Deputy Commissioner ND:C

Chief Counsel CC

Director, Compliance (Small Business/Self-Employed Division) S:C

Director, Compliance (Wage and Investment Division) W:CP

Director, Legislative Affairs CL:LA

Office of Management Controls N: CFO:F:M

Director, Office of Program Evaluation and Risk Analysis N:ADC:R:O

National Taxpayer Advocate TA

Audit Liaisons: Small Business/Self-Employed Division S:C:CP

Wage and Investment Division W

Appendix IV

Statistical Sampling Methodology

To achieve our objective, we used statistical sampling to determine if the:

To select statistically valid samples for each of the four tests, we created relational databases with tables containing all levies within the populations. We assigned each levy a sequential levy identification number.

We used the following attribute sampling formula to calculate proper sample sizes:

n=(NZ2p(1-p))/(NE2+Z2p(1-p)) where:

n = Sample size

N = Population

Z = Desired confidence level (expressed in number of standard errors)

p = Expected error rate (expressed as a percentage)

E = Precision level (in percentage points)

We used a random number generator (spreadsheet function) to randomly select numbers that would correspond to the levy identification numbers assigned in the relational database levy tables. In each instance, we selected an amount of random numbers equal to the sample size desired.

We imported all four sets of random numbers into the relational database as tables and matched each random number table to the appropriate levy table using the random and levy identification numbers.

Objective II.C.

To determine if the ACS actually mailed notices to taxpayers for the 2,742 levies in which documentation of the notices was no longer on ACS transcripts, we selected a statistically valid random sample of 148 levies. We determined our sample size using the attribute sampling formula above where:

N = Population = 2,742 ACS Levies

Z = Desired confidence level = 2.575 standard errors = 99 percent confidence

p = Expected error rate = 1.5 percent

E = Precision level = 2.5 percentage points

Objective II.D.

To determine if field offices mailed notices to taxpayers before January 1, 2000, for the 9,664 levies in which our IDRS extract did not contain documentation of a notice, we selected a statistically valid random sample of 44 levies. We determined our sample size using the attribute sampling formula above where:

N = Population = 9,664 ICS Levies

Z = Desired confidence level = 2.81 standard errors = 99.5 percent confidence

p = Expected error rate = 0.5 percent

E = Precision level = 3 percentage points

Objective III.B.

To determine if the 69,228 ACS transcripts accurately reflected the date that the ACS mailed Notices of Intent to Levy to taxpayers, we selected a statistically valid random sample of 112 levies. We determined our sample size using the attribute sampling formula above where:

N = Population = 69,228 ACS Levies

Z = Desired confidence level = 2.575 standard errors = 99 percent confidence

p = Expected error rate = 1.5 percent

E = Precision level = 3 percentage points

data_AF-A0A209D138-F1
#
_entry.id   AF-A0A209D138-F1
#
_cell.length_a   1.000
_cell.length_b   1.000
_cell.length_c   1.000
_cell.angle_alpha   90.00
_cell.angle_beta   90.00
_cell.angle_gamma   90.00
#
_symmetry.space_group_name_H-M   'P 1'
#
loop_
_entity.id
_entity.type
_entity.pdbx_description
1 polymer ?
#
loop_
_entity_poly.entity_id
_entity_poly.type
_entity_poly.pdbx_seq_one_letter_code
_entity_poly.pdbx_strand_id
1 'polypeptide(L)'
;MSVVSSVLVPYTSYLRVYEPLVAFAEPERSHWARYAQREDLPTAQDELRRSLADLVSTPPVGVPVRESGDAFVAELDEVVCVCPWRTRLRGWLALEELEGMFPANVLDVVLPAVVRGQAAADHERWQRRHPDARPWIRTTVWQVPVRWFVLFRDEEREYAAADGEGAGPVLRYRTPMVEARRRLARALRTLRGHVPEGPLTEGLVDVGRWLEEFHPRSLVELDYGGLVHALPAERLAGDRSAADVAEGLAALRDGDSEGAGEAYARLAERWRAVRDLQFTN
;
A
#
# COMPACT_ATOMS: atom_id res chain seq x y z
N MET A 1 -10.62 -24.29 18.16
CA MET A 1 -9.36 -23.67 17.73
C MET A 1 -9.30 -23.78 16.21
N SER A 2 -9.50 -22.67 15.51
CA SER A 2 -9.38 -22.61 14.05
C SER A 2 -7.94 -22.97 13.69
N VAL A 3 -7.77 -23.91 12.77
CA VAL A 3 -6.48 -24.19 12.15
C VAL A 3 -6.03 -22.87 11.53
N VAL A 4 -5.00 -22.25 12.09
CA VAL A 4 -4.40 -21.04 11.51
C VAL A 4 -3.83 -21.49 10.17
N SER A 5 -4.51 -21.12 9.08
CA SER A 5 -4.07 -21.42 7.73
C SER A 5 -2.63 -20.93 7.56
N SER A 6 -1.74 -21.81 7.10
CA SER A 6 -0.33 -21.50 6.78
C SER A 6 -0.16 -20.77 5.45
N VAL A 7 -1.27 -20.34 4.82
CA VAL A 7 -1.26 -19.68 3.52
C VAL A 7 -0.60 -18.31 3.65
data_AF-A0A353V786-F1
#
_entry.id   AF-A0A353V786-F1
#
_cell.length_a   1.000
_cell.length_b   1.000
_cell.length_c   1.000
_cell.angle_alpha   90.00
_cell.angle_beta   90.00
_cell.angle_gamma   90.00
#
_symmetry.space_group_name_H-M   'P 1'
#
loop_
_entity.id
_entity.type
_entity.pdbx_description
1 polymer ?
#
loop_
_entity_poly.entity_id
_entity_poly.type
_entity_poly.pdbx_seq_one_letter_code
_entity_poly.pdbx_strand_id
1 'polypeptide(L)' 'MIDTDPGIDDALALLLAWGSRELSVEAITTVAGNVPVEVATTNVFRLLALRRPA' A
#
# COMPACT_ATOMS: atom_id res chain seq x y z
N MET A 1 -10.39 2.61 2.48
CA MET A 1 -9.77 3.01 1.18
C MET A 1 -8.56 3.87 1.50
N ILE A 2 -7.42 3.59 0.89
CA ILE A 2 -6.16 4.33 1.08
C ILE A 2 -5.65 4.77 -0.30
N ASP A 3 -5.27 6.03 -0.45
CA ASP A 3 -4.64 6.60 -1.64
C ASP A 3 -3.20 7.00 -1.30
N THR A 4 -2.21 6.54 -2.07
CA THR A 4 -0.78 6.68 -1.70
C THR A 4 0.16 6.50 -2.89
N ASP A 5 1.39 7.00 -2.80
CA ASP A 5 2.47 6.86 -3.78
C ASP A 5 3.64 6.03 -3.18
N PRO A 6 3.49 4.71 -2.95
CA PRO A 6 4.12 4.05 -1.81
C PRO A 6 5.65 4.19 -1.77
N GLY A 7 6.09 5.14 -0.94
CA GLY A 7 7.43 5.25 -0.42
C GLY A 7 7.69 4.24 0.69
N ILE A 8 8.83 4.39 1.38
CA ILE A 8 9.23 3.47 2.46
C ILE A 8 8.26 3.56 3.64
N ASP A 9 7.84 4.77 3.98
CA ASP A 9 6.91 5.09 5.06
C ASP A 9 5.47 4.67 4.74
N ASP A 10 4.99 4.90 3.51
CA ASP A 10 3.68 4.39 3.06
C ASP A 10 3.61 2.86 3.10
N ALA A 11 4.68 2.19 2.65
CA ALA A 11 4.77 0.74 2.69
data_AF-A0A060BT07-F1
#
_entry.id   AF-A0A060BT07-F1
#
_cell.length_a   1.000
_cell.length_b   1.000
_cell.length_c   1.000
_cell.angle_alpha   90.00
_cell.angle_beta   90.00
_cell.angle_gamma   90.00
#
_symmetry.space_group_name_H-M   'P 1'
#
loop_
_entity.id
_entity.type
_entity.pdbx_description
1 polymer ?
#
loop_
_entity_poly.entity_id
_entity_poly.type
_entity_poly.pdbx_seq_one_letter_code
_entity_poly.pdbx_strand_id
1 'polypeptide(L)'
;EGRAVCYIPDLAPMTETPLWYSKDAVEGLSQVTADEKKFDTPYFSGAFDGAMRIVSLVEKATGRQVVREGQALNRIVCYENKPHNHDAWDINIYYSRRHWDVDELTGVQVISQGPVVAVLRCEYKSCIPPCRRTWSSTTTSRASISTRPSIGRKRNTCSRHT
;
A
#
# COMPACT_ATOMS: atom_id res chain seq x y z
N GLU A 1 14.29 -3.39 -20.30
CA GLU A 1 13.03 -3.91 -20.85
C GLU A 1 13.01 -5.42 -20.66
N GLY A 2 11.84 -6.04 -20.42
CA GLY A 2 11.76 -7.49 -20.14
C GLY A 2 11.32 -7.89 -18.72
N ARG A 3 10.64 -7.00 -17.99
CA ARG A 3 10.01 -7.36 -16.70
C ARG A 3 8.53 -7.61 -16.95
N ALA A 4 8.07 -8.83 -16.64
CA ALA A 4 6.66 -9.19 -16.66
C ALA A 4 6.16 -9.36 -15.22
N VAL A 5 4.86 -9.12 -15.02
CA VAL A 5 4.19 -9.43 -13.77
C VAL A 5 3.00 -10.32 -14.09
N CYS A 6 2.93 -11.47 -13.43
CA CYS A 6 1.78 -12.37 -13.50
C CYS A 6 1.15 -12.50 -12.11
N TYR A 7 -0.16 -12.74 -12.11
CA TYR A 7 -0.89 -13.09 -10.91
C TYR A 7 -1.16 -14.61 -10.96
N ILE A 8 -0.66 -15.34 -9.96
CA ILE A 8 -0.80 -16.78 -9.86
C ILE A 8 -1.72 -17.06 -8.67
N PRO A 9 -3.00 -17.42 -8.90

Objective III.B.

To determine if the IDRS and ICS accurately reflected the dates Revenue Officers mailed Notices of Intent to Levy to taxpayers for the 21,580 ICS levies we identified, we selected a statistically valid random sample of 110 levies. We determined our sample size using the attribute sampling formula above where:

N = Population = 21,580 ICS Levies

Z = Desired confidence level = 2.575 standard errors = 99 percent confidence

p = Expected error rate = 1.5 percent

E = Precision level = 3 percentage points

Appendix V

Internal Revenue Service Computer Systems Used in the Filing of Levies

The Automated Collection System (ACS) is a computerized call site inventory system used to maintain balance due accounts and return delinquency investigations. The ACS employees enter their case file information (on-line) on the ACS.

When levy is the next action to be taken, employees request, through the ACS, that a Notice of Intent to Levy be mailed to the taxpayer. They then input special codes to the ACS to indicate the nature of the levy activity on the account. The ACS updates the Internal Revenue Service’s (IRS) primary computer system, the Integrated Data Retrieval System (see section on the IDRS below).

The IRS upgraded the ACS in January 2000. The ACS no longer allows employees to issue a levy less than 30 days after a notice has been sent to the taxpayer of the IRS’ intention to levy his/her property.

The Integrated Collection System (ICS) is a field office computer system with applications designed around each of the main collection tasks, such as opening a case, assigning a case, building a case, performing collection activity, and closing a case. The ICS is designed to provide management information, create and maintain case histories, generate documents, and allow on-line approval of case actions.

When levy is the next action to be taken, the Revenue Officer inputs a request for a Notice of Intent to Levy. The letter is printed from the ICS.

The Integrated Data Retrieval System (IDRS) is an on-line data retrieval and data entry system that processes transactions entered from terminals located in both service centers and field offices. The system enables employees to perform such tasks as researching account information, requesting tax returns, entering account information, and generating documents. The IDRS serves as a link from service centers and field offices to the Masterfile in order for the IRS to maintain accurate records of activity on taxpayers’ accounts.

Masterfile is the IRS’ database that stores various types of taxpayer account information. This database includes individual, business, and employee plans and exempt organizations data.

Appendix VI

Management’s Response to the Draft Report

The response was removed due to its size. To see the response, please go to the Adobe PDF version of the report on the TIGTA Public Web Page.